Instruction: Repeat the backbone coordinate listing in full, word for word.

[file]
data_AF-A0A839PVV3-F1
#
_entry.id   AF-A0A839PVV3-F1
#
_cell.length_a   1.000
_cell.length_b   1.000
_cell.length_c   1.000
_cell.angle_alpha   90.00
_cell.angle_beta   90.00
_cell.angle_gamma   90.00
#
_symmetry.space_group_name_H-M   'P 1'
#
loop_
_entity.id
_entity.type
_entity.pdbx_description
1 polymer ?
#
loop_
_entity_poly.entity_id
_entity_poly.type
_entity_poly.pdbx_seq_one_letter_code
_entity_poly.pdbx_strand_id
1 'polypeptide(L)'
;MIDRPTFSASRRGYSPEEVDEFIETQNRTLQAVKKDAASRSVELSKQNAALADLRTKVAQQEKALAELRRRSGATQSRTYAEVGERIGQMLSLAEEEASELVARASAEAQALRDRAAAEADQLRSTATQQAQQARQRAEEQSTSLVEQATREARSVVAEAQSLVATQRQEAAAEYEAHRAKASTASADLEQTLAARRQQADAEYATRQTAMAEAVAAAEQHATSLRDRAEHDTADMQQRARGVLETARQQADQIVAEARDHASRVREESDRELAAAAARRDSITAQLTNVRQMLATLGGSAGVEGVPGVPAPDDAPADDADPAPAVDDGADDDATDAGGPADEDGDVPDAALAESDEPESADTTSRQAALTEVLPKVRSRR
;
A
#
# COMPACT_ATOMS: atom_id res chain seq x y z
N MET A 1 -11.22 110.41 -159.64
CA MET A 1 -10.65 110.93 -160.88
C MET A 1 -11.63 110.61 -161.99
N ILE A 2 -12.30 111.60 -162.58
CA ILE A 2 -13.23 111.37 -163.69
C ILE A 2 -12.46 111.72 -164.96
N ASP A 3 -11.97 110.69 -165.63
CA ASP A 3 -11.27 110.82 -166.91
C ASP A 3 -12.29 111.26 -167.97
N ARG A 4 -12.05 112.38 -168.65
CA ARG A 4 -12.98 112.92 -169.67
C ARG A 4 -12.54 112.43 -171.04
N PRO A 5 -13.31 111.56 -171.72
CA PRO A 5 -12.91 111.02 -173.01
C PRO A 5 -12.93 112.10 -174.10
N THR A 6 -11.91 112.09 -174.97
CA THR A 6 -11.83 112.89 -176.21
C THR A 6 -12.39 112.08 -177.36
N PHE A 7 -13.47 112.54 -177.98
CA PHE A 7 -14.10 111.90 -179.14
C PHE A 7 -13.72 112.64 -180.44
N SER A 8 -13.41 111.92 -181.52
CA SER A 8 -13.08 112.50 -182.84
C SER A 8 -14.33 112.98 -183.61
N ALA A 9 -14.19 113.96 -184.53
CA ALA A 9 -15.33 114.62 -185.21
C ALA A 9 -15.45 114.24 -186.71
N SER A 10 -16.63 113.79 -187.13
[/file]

data_AF-A0A839PVV3-F1
#
_entry.id   AF-A0A839PVV3-F1
#
_cell.length_a   1.000
_cell.length_b   1.000
_cell.length_c   1.000
_cell.angle_alpha   90.00
_cell.angle_beta   90.00
_cell.angle_gamma   90.00
#
_symmetry.space_group_name_H-M   'P 1'
#
loop_
_entity.id
_entity.type
_entity.pdbx_description
1 polymer ?
#
loop_
_entity_poly.entity_id
_entity_poly.type
_entity_poly.pdbx_seq_one_letter_code
_entity_poly.pdbx_strand_id
1 'polypeptide(L)'
;MIDRPTFSASRRGYSPEEVDEFIETQNRTLQAVKKDAASRSVELSKQNAALADLRTKVAQQEKALAELRRRSGATQSRTYAEVGERIGQMLSLAEEEASELVARASAEAQALRDRAAAEADQLRSTATQQAQQARQRAEEQSTSLVEQATREARSVVAEAQSLVATQRQEAAAEYEAHRAKASTASADLEQTLAARRQQADAEYATRQTAMAEAVAAAEQHATSLRDRAEHDTADMQQRARGVLETARQQADQIVAEARDHASRVREESDRELAAAAARRDSITAQLTNVRQMLATLGGSAGVEGVPGVPAPDDAPADDADPAPAVDDGADDDATDAGGPADEDGDVPDAALAESDEPESADTTSRQAALTEVLPKVRSRR
;
A
#
# COMPACT_ATOMS: atom_id res chain seq x y z
N MET A 1 -11.22 110.41 -159.64
CA MET A 1 -10.65 110.93 -160.88
C MET A 1 -11.63 110.61 -161.99
N ILE A 2 -12.30 111.60 -162.58
CA ILE A 2 -13.23 111.37 -163.69
C ILE A 2 -12.46 111.72 -164.96
N ASP A 3 -11.97 110.69 -165.63
CA ASP A 3 -11.27 110.82 -166.91
C ASP A 3 -12.29 111.26 -167.97
N ARG A 4 -12.05 112.38 -168.65
CA ARG A 4 -12.98 112.92 -169.67
C ARG A 4 -12.54 112.43 -171.04
N PRO A 5 -13.31 111.56 -171.72
CA PRO A 5 -12.91 111.02 -173.01
C PRO A 5 -12.93 112.10 -174.10
N THR A 6 -11.91 112.09 -174.97
CA THR A 6 -11.83 112.89 -176.21
C THR A 6 -12.39 112.08 -177.36
N PHE A 7 -13.47 112.54 -177.98
CA PHE A 7 -14.10 111.90 -179.14
C PHE A 7 -13.72 112.64 -180.44
N SER A 8 -13.41 111.92 -181.52
CA SER A 8 -13.08 112.50 -182.84
C SER A 8 -14.33 112.98 -183.61
N ALA A 9 -14.19 113.96 -184.53
CA ALA A 9 -15.33 114.62 -185.21
C ALA A 9 -15.45 114.24 -186.71
N SER A 10 -16.63 113.79 -187.13